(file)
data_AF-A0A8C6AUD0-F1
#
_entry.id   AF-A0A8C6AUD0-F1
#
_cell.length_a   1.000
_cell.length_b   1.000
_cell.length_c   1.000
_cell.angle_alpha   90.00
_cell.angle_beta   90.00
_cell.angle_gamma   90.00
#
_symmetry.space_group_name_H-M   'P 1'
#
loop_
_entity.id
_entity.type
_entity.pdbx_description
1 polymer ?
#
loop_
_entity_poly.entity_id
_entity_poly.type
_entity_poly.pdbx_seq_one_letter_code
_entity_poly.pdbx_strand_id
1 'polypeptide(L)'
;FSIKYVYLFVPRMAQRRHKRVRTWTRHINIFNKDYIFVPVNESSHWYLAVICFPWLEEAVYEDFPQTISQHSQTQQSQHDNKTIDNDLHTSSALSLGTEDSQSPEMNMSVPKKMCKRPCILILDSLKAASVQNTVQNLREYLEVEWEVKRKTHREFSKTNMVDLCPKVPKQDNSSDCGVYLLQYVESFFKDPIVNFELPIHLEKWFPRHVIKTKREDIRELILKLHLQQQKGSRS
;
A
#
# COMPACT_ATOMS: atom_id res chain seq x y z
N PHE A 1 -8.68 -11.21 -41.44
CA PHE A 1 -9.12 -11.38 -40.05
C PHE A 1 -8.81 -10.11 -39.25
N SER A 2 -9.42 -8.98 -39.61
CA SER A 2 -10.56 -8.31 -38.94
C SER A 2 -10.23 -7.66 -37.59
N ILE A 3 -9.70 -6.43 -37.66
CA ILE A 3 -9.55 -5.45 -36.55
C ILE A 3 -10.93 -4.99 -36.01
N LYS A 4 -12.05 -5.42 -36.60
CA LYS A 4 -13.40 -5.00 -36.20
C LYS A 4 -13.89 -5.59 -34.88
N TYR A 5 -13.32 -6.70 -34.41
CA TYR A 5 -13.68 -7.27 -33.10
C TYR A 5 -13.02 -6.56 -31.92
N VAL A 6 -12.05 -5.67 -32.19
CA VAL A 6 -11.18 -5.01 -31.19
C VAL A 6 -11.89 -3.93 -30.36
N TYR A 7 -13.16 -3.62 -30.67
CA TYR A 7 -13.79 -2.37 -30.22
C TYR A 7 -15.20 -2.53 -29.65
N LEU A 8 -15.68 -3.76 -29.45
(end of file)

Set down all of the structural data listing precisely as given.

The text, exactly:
data_AF-A0A8C6AUD0-F1
#
_entry.id   AF-A0A8C6AUD0-F1
#
_cell.length_a   1.000
_cell.length_b   1.000
_cell.length_c   1.000
_cell.angle_alpha   90.00
_cell.angle_beta   90.00
_cell.angle_gamma   90.00
#
_symmetry.space_group_name_H-M   'P 1'
#
loop_
_entity.id
_entity.type
_entity.pdbx_description
1 polymer ?
#
loop_
_entity_poly.entity_id
_entity_poly.type
_entity_poly.pdbx_seq_one_letter_code
_entity_poly.pdbx_strand_id
1 'polypeptide(L)'
;FSIKYVYLFVPRMAQRRHKRVRTWTRHINIFNKDYIFVPVNESSHWYLAVICFPWLEEAVYEDFPQTISQHSQTQQSQHDNKTIDNDLHTSSALSLGTEDSQSPEMNMSVPKKMCKRPCILILDSLKAASVQNTVQNLREYLEVEWEVKRKTHREFSKTNMVDLCPKVPKQDNSSDCGVYLLQYVESFFKDPIVNFELPIHLEKWFPRHVIKTKREDIRELILKLHLQQQKGSRS
;
A
#
# COMPACT_ATOMS: atom_id res chain seq x y z
N PHE A 1 -8.68 -11.21 -41.44
CA PHE A 1 -9.12 -11.38 -40.05
C PHE A 1 -8.81 -10.11 -39.25
N SER A 2 -9.42 -8.98 -39.61
CA SER A 2 -10.56 -8.31 -38.94
C SER A 2 -10.23 -7.66 -37.59
N ILE A 3 -9.70 -6.43 -37.66
CA ILE A 3 -9.55 -5.45 -36.55
C ILE A 3 -10.93 -4.99 -36.01
N LYS A 4 -12.05 -5.42 -36.60
CA LYS A 4 -13.40 -5.00 -36.20
C LYS A 4 -13.89 -5.59 -34.88
N TYR A 5 -13.32 -6.70 -34.41
CA TYR A 5 -13.68 -7.27 -33.10
C TYR A 5 -13.02 -6.56 -31.92
N VAL A 6 -12.05 -5.67 -32.19
CA VAL A 6 -11.18 -5.01 -31.19
C VAL A 6 -11.89 -3.93 -30.36
N TYR A 7 -13.16 -3.62 -30.67
CA TYR A 7 -13.79 -2.37 -30.22
C TYR A 7 -15.20 -2.53 -29.65
N LEU A 8 -15.68 -3.76 -29.45